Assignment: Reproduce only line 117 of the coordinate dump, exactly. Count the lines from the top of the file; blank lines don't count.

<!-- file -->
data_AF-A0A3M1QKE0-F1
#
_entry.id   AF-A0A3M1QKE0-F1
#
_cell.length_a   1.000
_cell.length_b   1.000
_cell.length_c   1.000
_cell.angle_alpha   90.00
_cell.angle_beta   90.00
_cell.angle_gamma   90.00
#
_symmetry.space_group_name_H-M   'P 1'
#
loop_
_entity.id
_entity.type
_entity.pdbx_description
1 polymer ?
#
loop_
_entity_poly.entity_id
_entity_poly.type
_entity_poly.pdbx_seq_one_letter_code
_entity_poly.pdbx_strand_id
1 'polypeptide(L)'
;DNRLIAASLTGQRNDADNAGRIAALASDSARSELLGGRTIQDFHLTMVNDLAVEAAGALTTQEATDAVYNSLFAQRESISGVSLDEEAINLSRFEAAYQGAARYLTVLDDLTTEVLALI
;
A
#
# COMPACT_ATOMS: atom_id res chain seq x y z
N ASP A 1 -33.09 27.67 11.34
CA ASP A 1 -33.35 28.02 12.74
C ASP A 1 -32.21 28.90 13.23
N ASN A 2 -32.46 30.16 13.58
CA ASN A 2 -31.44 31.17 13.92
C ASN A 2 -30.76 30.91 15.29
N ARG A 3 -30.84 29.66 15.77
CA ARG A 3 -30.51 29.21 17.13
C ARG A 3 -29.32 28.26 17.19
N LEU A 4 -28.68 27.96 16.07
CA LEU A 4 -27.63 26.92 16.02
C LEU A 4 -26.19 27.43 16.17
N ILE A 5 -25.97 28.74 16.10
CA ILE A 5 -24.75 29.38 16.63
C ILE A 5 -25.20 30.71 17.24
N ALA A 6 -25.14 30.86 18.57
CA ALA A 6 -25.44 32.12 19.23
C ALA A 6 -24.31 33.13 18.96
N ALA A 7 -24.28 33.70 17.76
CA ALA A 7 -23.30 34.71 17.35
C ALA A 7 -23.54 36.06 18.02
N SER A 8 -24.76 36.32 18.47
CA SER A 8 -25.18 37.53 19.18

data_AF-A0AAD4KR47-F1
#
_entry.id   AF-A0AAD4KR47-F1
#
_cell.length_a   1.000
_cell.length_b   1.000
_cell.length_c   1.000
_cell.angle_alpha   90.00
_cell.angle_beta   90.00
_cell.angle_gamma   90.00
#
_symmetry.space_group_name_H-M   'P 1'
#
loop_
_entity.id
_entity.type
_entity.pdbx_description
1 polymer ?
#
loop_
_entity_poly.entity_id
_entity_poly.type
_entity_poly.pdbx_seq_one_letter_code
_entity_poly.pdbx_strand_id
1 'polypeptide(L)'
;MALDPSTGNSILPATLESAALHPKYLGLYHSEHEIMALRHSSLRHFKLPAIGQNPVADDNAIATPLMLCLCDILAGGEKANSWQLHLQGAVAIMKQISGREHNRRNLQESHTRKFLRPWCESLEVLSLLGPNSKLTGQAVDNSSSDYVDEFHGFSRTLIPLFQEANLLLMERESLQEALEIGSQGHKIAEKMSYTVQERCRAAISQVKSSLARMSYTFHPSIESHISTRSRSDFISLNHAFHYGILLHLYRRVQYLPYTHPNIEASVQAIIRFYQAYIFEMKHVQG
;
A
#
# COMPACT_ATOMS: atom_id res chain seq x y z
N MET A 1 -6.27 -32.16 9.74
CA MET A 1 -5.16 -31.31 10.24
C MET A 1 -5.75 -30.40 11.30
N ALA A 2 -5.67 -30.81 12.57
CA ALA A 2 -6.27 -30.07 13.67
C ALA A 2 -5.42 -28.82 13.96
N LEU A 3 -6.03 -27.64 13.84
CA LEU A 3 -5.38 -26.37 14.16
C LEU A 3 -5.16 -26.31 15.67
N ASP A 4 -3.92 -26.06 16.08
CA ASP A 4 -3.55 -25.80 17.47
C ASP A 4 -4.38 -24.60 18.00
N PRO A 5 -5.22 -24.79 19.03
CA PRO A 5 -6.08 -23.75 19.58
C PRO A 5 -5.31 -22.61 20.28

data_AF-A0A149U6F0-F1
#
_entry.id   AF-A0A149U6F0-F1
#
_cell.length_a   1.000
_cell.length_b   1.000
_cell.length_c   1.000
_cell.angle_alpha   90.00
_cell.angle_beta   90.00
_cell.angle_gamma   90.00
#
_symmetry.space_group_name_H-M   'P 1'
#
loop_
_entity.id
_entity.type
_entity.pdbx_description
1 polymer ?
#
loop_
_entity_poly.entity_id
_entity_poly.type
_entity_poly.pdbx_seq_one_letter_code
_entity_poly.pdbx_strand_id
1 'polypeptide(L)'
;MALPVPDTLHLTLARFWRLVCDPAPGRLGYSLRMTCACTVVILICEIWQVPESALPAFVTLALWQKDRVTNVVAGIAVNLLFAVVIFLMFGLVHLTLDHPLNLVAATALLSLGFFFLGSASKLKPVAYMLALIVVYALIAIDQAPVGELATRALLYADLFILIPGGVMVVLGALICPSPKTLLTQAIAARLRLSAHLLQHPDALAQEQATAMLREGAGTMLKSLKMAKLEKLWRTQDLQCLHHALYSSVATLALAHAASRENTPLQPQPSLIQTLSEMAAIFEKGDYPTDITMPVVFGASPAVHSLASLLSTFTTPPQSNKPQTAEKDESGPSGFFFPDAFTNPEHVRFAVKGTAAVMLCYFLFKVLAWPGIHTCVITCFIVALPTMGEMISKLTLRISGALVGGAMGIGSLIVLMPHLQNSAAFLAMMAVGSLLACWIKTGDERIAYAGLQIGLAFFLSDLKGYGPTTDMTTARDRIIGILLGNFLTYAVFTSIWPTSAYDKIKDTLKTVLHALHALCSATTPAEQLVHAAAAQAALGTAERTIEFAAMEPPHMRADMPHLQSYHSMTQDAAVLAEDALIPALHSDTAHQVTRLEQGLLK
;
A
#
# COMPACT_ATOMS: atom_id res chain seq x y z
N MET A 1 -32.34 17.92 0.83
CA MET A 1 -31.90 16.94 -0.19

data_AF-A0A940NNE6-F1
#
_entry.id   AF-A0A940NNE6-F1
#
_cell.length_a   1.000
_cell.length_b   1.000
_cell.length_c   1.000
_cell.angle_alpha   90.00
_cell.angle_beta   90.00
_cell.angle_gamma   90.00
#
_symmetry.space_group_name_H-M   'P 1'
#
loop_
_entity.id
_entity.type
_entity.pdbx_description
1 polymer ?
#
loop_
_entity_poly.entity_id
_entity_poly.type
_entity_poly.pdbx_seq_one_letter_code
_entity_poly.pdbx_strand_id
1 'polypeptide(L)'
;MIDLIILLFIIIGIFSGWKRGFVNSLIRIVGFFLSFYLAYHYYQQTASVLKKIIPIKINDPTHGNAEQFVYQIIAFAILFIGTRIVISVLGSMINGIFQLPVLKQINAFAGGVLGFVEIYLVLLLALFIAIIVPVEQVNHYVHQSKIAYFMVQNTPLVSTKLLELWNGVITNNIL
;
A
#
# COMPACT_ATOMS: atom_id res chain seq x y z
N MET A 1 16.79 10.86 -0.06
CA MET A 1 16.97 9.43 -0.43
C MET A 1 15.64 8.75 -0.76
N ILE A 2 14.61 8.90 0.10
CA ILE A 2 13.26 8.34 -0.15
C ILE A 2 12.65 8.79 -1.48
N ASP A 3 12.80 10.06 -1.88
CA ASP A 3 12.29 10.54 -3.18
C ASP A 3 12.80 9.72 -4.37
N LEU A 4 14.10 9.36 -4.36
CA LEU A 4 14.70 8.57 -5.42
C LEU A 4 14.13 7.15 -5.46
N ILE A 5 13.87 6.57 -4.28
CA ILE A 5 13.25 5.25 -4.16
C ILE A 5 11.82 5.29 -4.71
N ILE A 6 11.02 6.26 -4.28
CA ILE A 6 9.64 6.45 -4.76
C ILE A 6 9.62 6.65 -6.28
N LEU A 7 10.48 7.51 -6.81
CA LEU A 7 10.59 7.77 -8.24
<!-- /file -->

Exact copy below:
#